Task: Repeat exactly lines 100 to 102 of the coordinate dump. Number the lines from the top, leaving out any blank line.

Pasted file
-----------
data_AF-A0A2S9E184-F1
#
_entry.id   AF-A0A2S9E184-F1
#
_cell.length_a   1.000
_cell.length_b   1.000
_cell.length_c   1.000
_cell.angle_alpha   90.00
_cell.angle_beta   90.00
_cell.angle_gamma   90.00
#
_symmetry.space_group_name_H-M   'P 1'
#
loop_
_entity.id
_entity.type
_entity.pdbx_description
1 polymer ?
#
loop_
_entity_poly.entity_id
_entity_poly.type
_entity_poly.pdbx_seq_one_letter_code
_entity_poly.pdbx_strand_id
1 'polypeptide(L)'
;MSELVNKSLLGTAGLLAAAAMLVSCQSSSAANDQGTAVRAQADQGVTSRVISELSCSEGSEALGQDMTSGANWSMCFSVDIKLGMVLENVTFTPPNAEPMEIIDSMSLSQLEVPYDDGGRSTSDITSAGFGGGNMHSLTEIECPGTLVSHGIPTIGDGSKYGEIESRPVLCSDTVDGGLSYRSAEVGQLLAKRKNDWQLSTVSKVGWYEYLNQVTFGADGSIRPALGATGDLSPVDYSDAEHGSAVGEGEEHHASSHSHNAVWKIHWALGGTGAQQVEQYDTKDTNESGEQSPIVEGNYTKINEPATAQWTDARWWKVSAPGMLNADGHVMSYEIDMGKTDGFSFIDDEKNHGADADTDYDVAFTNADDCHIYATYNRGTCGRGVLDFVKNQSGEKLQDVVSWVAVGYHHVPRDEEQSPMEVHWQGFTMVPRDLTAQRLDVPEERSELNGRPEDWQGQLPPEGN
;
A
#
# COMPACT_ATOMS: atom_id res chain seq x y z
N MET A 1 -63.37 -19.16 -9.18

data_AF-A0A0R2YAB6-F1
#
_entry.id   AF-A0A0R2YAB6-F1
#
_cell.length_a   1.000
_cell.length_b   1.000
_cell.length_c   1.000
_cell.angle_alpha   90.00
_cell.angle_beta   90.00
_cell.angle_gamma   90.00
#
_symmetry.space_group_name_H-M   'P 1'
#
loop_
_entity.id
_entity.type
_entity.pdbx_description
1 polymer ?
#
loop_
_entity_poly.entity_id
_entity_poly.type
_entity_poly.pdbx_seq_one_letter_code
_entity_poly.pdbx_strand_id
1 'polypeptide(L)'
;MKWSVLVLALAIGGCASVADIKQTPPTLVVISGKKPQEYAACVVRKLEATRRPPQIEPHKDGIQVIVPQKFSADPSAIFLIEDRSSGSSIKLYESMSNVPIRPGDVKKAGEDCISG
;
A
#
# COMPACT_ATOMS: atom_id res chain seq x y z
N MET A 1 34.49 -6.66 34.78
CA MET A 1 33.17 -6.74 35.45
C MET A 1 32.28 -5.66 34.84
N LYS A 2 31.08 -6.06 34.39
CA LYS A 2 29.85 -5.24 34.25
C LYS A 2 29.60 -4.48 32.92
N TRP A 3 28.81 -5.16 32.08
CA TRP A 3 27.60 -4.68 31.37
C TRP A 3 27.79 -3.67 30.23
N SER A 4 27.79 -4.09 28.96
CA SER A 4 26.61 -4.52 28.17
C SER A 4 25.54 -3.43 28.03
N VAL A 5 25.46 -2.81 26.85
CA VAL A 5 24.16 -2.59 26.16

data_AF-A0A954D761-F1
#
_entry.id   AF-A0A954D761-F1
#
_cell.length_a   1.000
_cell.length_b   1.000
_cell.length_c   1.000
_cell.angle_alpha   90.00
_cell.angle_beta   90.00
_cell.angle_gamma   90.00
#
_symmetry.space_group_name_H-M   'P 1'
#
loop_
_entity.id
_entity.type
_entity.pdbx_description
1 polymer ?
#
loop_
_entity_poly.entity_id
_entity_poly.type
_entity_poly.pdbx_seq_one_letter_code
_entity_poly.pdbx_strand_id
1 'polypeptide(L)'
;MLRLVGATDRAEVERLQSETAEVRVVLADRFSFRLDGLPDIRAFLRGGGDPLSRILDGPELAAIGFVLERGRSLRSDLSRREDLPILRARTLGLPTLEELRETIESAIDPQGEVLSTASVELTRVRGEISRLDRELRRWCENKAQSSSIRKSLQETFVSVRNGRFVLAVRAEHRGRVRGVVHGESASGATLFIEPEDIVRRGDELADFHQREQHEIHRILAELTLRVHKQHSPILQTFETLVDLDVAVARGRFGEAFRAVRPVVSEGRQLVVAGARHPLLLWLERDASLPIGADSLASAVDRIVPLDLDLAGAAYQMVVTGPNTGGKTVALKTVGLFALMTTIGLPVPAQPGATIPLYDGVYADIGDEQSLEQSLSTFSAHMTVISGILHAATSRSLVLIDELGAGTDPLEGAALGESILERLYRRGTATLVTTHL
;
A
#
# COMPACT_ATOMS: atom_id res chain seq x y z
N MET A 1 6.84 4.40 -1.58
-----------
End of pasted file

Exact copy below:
1 'polypeptide(L)'
;MLRLVGATDRAEVERLQSETAEVRVVLADRFSFRLDGLPDIRAFLRGGGDPLSRILDGPELAAIGFVLERGRSLRSDLSRREDLPILRARTLGLPTLEELRETIESAIDPQGEVLSTASVELTRVRGEISRLDRELRRWCENKAQSSSIRKSLQETFVSVRNGRFVLAVRAEHRGRVRGVVHGESASGATLFIEPEDIVRRGDELADFHQREQHEIHRILAELTLRVHKQHSPILQTFETLVDLDVAVARGRFGEAFRAVRPVVSEGRQLVVAGARHPLLLWLERDASLPIGADSLASAVDRIVPLDLDLAGAAYQMVVTGPNTGGKTVALKTVGLFALMTTIGLPVPAQPGATIPLYDGVYADIGDEQSLEQSLSTFSAHMTVISGILHAATSRSLVLIDELGAGTDPLEGAALGESILERLYRRGTATLVTTHL
;